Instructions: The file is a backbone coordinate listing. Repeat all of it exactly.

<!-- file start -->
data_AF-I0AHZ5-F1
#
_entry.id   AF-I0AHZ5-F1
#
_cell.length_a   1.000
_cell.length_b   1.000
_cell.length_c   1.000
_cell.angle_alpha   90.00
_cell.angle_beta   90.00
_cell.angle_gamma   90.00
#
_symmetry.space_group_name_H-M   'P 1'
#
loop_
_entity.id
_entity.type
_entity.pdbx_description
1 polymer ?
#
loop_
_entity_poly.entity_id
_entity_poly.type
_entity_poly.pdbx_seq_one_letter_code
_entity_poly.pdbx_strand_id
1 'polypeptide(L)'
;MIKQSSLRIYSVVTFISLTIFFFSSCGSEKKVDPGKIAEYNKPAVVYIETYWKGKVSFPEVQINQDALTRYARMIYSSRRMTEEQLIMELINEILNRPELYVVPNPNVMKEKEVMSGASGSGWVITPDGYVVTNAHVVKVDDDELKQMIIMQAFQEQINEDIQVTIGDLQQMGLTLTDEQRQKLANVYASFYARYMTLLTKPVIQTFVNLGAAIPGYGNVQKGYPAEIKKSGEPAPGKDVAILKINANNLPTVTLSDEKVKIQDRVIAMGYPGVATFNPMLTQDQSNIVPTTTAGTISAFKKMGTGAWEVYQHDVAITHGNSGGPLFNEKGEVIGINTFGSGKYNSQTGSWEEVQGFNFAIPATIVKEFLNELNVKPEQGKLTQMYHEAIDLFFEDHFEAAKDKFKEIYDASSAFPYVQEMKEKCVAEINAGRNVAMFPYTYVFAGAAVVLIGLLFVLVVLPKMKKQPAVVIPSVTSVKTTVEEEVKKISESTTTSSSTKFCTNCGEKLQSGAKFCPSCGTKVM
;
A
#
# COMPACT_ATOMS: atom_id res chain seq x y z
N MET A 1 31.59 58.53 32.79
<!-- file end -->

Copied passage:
data_AF-I0AHZ5-F1
#
_entry.id   AF-I0AHZ5-F1
#
_cell.length_a   1.000
_cell.length_b   1.000
_cell.length_c   1.000
_cell.angle_alpha   90.00
_cell.angle_beta   90.00
_cell.angle_gamma   90.00
#
_symmetry.space_group_name_H-M   'P 1'
#
loop_
_entity.id
_entity.type
_entity.pdbx_description
1 polymer ?
#
loop_
_entity_poly.entity_id
_entity_poly.type
_entity_poly.pdbx_seq_one_letter_code
_entity_poly.pdbx_strand_id
1 'polypeptide(L)'
;MIKQSSLRIYSVVTFISLTIFFFSSCGSEKKVDPGKIAEYNKPAVVYIETYWKGKVSFPEVQINQDALTRYARMIYSSRRMTEEQLIMELINEILNRPELYVVPNPNVMKEKEVMSGASGSGWVITPDGYVVTNAHVVKVDDDELKQMIIMQAFQEQINEDIQVTIGDLQQMGLTLTDEQRQKLANVYASFYARYMTLLTKPVIQTFVNLGAAIPGYGNVQKGYPAEIKKSGEPAPGKDVAILKINANNLPTVTLSDEKVKIQDRVIAMGYPGVATFNPMLTQDQSNIVPTTTAGTISAFKKMGTGAWEVYQHDVAITHGNSGGPLFNEKGEVIGINTFGSGKYNSQTGSWEEVQGFNFAIPATIVKEFLNELNVKPEQGKLTQMYHEAIDLFFEDHFEAAKDKFKEIYDASSAFPYVQEMKEKCVAEINAGRNVAMFPYTYVFAGAAVVLIGLLFVLVVLPKMKKQPAVVIPSVTSVKTTVEEEVKKISESTTTSSSTKFCTNCGEKLQSGAKFCPSCGTKVM
;
A
#
# COMPACT_ATOMS: atom_id res chain seq x y z
N MET A 1 31.59 58.53 32.79